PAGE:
The Verdict

The TL;DR? There still is a lot of research needed to fully understand CBD’s relationship with exercise. Part of the issue with CBD, according to Vergnaud, is that it’s tough to study because so much of the science is based on “subjective recollections.” If somebody thinks their CBD product made them more relaxed or decreased their pain, it could be a placebo effect, not the CBD itself.

There’s also the issue of spiked products. Even if you’re not an Olympic athlete, a study published in Sports in 2019 cautioned, unregulated CBD products could have added ingredients, like THC. That’s a problem if you’re doing something that requires a lot of focus and potential injury, like weightlifting.

“If you choose to use CBD as a workout supplement, make sure you understand the potential health risks and side effects and talk to a healthcare professional about determining a safe dose,” Vergnaud says. “Remember that only a few CBD products have been approved by the FDA thus far, so It’s important to use cannabis products from trustworthy brands that publish their lab test results to avoid health risks.” Be safe and have a chill workout.

Studies referenced:

Babson, K. (2017). Cannabis, Cannabinoids, and Sleep: a Review of the Literature. Curr Psychiatry Rep. https://pubmed.ncbi.nlm.nih.gov/28349316/

Cerquiera, E. (2020). Inflammatory Effects of High and Moderate Intensity Exercise—A Systematic Review. Physiol. https://www.frontiersin.org/articles/10.3389/fphys.2019.01550/full

Dolezal, B. (2017). Interrelationship between Sleep and Exercise: A Systematic Review. Advances in Preventative Medicine. https://www.ncbi.nlm.nih.gov/pmc/articles/PMC5385214/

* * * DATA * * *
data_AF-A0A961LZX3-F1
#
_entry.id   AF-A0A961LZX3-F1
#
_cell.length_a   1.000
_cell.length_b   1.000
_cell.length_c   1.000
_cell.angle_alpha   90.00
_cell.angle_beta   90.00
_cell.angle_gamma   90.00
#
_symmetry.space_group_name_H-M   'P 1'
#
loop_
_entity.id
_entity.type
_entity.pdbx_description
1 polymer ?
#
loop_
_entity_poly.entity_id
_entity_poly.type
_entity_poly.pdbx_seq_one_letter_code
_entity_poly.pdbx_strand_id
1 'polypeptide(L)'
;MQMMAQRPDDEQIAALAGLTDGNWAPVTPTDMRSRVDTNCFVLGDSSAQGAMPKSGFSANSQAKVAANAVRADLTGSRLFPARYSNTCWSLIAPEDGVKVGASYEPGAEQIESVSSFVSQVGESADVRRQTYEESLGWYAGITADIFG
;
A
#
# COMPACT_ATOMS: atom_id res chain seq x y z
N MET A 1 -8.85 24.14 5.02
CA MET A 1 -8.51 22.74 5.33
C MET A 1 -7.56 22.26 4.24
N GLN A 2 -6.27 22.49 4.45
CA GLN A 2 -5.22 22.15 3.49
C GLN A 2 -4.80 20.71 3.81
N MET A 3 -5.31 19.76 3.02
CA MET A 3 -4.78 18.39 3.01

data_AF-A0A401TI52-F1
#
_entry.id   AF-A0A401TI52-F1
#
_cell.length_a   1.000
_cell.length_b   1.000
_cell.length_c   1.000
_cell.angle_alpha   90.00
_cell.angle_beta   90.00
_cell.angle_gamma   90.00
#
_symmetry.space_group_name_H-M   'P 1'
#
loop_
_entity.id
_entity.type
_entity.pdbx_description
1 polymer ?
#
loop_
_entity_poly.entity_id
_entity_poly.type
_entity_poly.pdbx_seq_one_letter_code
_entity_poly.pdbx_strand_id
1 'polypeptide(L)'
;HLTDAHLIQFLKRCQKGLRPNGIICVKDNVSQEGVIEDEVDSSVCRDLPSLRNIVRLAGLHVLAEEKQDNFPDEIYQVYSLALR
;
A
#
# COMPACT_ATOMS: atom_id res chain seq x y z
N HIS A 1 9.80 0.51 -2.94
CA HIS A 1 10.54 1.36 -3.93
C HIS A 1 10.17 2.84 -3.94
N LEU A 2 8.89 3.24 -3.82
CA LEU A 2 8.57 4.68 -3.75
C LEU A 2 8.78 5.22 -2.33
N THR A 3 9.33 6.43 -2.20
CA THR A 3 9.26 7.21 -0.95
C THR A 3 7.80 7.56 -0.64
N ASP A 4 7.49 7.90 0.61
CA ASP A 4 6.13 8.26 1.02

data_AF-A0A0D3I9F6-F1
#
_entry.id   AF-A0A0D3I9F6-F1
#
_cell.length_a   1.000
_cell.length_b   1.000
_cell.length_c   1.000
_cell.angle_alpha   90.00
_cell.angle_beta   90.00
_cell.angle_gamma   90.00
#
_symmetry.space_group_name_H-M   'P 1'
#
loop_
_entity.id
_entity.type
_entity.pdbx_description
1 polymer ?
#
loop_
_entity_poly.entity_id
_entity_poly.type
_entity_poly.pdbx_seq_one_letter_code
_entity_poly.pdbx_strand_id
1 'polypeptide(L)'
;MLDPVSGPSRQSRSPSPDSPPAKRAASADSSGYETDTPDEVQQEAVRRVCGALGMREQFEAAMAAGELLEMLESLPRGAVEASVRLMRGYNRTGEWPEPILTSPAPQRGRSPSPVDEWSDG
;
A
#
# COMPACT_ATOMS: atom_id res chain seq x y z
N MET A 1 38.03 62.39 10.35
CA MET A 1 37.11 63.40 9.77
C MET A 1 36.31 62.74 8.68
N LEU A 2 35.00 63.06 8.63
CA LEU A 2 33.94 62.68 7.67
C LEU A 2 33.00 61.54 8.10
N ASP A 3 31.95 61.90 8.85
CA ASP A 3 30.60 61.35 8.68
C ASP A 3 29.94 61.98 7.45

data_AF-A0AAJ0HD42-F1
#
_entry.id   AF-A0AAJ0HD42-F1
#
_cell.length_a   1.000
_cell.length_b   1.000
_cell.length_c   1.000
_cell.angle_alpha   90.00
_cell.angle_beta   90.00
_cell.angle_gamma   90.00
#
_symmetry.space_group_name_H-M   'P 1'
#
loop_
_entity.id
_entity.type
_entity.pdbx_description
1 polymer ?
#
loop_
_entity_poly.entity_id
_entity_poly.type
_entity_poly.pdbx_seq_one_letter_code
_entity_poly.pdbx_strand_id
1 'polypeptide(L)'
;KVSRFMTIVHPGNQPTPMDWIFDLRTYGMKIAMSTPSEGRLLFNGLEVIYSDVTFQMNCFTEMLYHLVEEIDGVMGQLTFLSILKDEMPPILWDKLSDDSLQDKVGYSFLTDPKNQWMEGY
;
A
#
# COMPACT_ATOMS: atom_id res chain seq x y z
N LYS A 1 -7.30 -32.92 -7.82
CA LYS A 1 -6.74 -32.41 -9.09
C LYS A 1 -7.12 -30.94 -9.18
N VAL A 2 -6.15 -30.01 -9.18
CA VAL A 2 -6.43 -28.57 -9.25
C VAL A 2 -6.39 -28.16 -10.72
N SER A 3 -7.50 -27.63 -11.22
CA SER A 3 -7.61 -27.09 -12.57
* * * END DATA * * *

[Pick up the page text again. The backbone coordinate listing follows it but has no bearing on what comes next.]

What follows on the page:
Kasper, A. M., Sparks, S. A., Hooks, M., Skeer, M., Webb, B., Nia, H., Morton, J. P., & Close, G. L. (2020). High Prevalence of Cannabidiol Use Within Male Professional Rugby Union and League Players: A Quest for Pain Relief and Enhanced Recovery. International journal of sport nutrition and exercise metabolism, 30(5), 315–322. https://doi.org/10.1123/ijsnem.2020-0151

Lachenmeier, D. W., and Diel, P. (2019). A Warning against the Negligent Use of Cannabidiol in Professional and Amateur Athletes. Sports 7:251. doi: 10.3390/sports7120251

McCartney, D., Benson, M.J., Desbrow, B. et al. Cannabidiol and Sports Performance: a Narrative Review of Relevant Evidence and Recommendations for Future Research. Sports Med - Open 6, 27 (2020). https://doi.org/10.1186/s40798-020-00251-0

Rojas-Valverde D. (2021). Potential Role of Cannabidiol on Sports Recovery: A Narrative Review. Frontiers in physiology, 12, 722550. https://doi.org/10.3389/fphys.2021.722550

Schubert, M, Hibbert, J, Armenta, R.; Willis, E., Ogle, W. (2021) "Cannabis and Cannabidiol Use in Active Individuals: A Survey of Timing and Reasons for Use," International Journal of Exercise Science: Conference Proceedings: Vol. 14 : Iss. 1 , Article 53.

Shannon, S. (2019). Cannabidiol in Anxiety and Sleep: A Large Case Series. The Permanente Journal. https://www.ncbi.nlm.nih.gov/pmc/articles/PMC6326553/

This article was originally published on